Pin It Crippen Creek Chronicles: Leave the gun, take the cannoli

Tuesday, January 6, 2009

Leave the gun, take the cannoli




Cannoli has to be one of the greatest treasures of Sicilian cuisine. It was certainly one of my favorite desserts growing up and is always a hit with our family during the holidays. Growing up in an Italian-American community like Rochester, NY, cannoli was readily available at the numerous Italian bakeries and delis and even at Wegman's grocery store. But alas, here in the Pacific Northwest, if you want cannoli you have to make it yourself. Although making the shells is a lot of work, you really end up with a superior product. Homemade shells should be light, crisp and shatter when you bite into them. The ricotta cream filling should be smooth and not grainy. It is important to strain the ricotta overnight in cheesecloth to drain off some of the water. I sweeten mine with powdered sugar and flavor it with a little vanilla extract, mini chocolate chip morsels and just a hint of fresh orange zest. I am not a fan of the candied fruit that appears in some recipes but sometimes I add a little goat cheese to the ricotta in an effort to approximate the tanginess of sheepsmilk ricotta that would be available in Sicily.
Never fill your cannoli shells before serving time nor should you purchase cannoli that are already filled because the shells will become soggy if they sit for too long.

If you are not familiar with cannoli you should know that cannoli is actually the plural form of cannolo. But who ever orders just one cannolo? And if you did, the clerk would probably look at you like you had a third eye. Common usage prevails here in America so feel free to call one of these pastry tubes a cannoli and use an "s" to pluralize it if you wish. The next time someone asks you to bring the dessert to a party, remember the advice of Peter Clemenza in The Godfather, "leave the gun, take the cannoli."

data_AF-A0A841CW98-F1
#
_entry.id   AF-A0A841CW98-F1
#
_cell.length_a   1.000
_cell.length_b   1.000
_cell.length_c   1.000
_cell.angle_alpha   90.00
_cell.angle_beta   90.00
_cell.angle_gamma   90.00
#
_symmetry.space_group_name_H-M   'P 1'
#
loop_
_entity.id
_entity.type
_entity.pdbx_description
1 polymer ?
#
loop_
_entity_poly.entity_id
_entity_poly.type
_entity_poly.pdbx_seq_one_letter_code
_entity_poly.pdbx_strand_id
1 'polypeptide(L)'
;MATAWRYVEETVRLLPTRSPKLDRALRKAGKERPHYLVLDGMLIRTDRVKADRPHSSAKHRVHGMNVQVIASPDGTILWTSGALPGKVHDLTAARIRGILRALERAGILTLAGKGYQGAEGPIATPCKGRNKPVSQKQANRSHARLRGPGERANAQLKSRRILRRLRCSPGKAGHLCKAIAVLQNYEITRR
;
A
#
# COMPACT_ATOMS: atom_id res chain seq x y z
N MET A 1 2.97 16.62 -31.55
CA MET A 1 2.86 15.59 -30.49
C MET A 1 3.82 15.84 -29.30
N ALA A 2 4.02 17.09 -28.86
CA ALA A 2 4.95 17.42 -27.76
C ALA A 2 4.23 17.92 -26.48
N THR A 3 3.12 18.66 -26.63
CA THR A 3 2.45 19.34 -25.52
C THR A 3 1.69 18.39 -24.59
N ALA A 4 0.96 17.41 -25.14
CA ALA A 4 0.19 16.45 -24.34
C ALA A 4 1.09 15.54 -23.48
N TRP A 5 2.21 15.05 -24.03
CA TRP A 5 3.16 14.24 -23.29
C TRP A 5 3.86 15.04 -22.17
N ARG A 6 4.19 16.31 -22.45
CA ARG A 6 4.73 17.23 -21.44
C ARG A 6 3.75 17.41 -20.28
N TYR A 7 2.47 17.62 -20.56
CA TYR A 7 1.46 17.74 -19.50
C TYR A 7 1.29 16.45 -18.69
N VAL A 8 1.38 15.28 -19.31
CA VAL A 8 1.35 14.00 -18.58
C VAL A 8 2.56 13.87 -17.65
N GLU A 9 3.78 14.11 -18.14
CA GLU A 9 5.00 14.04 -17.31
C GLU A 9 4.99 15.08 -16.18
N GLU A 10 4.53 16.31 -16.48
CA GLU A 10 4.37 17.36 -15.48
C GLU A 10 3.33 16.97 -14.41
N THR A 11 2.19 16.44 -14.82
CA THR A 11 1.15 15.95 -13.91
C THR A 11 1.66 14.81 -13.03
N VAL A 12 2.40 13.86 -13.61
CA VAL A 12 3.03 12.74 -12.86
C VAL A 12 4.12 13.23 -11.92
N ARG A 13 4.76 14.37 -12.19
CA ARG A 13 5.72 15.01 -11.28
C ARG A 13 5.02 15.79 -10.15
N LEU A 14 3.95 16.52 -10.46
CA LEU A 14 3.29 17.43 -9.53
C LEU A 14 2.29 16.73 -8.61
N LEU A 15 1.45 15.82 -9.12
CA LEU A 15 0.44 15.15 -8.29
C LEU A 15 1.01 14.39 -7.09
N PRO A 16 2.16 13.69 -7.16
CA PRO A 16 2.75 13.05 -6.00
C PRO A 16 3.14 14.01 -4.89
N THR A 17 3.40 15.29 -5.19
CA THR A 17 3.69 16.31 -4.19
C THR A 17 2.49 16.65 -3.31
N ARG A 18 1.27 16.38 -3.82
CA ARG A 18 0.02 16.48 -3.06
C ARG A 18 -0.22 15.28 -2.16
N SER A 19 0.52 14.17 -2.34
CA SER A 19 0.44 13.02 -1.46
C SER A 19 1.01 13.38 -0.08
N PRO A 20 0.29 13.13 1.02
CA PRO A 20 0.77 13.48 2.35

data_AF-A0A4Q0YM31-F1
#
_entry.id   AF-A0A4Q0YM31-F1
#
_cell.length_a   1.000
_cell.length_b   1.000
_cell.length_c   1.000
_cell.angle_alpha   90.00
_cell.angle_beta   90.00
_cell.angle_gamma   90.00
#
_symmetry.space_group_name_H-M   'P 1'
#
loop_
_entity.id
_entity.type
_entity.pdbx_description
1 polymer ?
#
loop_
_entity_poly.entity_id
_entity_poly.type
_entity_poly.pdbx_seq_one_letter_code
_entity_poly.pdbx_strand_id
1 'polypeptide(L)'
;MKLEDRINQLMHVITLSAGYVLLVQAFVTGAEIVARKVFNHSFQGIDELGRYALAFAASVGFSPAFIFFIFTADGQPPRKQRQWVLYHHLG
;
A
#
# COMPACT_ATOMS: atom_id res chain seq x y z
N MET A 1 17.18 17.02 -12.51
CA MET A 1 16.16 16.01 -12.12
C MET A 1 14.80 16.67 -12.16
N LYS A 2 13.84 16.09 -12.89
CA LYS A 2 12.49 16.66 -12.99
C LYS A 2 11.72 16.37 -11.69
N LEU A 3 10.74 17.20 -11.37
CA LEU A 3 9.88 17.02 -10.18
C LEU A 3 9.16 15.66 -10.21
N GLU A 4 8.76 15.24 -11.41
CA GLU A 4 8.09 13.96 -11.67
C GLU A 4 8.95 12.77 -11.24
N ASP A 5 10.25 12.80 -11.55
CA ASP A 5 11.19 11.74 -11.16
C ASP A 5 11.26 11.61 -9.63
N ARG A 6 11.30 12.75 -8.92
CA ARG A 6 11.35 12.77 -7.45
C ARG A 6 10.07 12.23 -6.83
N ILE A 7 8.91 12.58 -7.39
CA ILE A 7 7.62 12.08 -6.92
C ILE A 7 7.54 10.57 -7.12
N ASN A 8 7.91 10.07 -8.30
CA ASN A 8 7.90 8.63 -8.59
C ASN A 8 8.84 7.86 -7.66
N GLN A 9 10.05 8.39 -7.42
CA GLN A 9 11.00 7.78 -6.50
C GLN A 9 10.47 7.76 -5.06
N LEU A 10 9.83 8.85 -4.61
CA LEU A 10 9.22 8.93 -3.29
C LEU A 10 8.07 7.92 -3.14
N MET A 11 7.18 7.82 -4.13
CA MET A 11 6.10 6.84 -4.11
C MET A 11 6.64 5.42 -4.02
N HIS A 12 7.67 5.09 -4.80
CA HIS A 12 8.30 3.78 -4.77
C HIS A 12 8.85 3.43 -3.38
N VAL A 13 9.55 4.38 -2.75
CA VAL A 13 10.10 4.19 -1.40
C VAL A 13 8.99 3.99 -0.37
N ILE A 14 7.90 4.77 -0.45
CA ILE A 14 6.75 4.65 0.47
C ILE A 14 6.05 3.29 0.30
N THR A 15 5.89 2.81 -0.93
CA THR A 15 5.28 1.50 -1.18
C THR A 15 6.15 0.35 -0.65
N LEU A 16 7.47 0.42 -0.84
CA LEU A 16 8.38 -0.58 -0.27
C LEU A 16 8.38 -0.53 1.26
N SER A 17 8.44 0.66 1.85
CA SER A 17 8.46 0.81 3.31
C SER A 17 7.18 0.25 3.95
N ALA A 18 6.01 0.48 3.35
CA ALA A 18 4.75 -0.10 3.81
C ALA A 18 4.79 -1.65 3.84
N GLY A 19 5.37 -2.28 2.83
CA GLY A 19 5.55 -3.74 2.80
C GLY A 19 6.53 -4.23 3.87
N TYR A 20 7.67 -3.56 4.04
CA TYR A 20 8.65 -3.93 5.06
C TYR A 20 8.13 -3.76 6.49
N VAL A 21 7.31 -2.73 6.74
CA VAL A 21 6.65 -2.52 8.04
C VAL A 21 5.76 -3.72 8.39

We would love to hear from all you cannoli lovers so please post your comments about the best cannoli you have had and where to get them.



cannoli tubes wrapped with pastry dough and ready to fry







Shea Mielke enjoys the first of many cannoli

4 comments:

Marie said...

Hi! I loved your post about cannoli history and prep! I recently purchased 4 cannoli tubes in an attempt to begin serving them with tea. But, I'm very inexperienced with frying (try never). So I was wondering if there was any advice concerning when i should begin frying ect. I don't own a deep fryer, so this will all be on the stove. Thanks for your help!

The Inn at Crippen Creek Farm said...

Marie,

You are going to love making your own cannoli shells. Once you get the knack of it you will probably invest in more tubes so that you can make a bunch of them and freeze them.

If you don't have a deep fat fryer, use a small heavy dutch oven and heat the oil to 375 degrees. You will need to get a candy-deep fry thermometer. You will have to watch your temperature and adjust your heat accordingly. I have used a Waring Pro Deep Fryer for several years and it just gave out on me, but I will definitely invest in a new one.

Don't fry more than two at a time until you get the hang of it.

I use a thick absorbent towel to hold the cannoli, when it comes out of the hot oil and I use a pair of pliers to grasp the exposed metal part of the tube, give a slight twist and pull the tube out of the shell. Let the shells drain and cool on a wire rack.

Good luck! Let me know how they turn out.

Don

Nan said...

How do you get the filling to not be grainy? Is the key straining the ricotta for a really long time? I strained it for a couple of hours today, and it is still grainy. If you have any advice on this, I'd appreciate it! Thanks!

The Inn at Crippen Creek Farm said...

Nan,
I put the ricotta in cheesecloth, set it in a strainer over a bowl. Then I place a heavy weight on the cheesecloth and let it sit in the fridge overnight. Finally I put it in the food processor and pulse it until I get the desired consistency. Don't go crazy with the processor though because I have had cases where the ricotta becomes overly processed and loses its body.

I also try to use the best whole milk ricotta that I can find. In my area that seems to be Gardenia brand. I don't like Frigo. If you live near a large metropolitan area you should be able to find good ricotta at an Italian deli. Good luck and let me know how it turns out.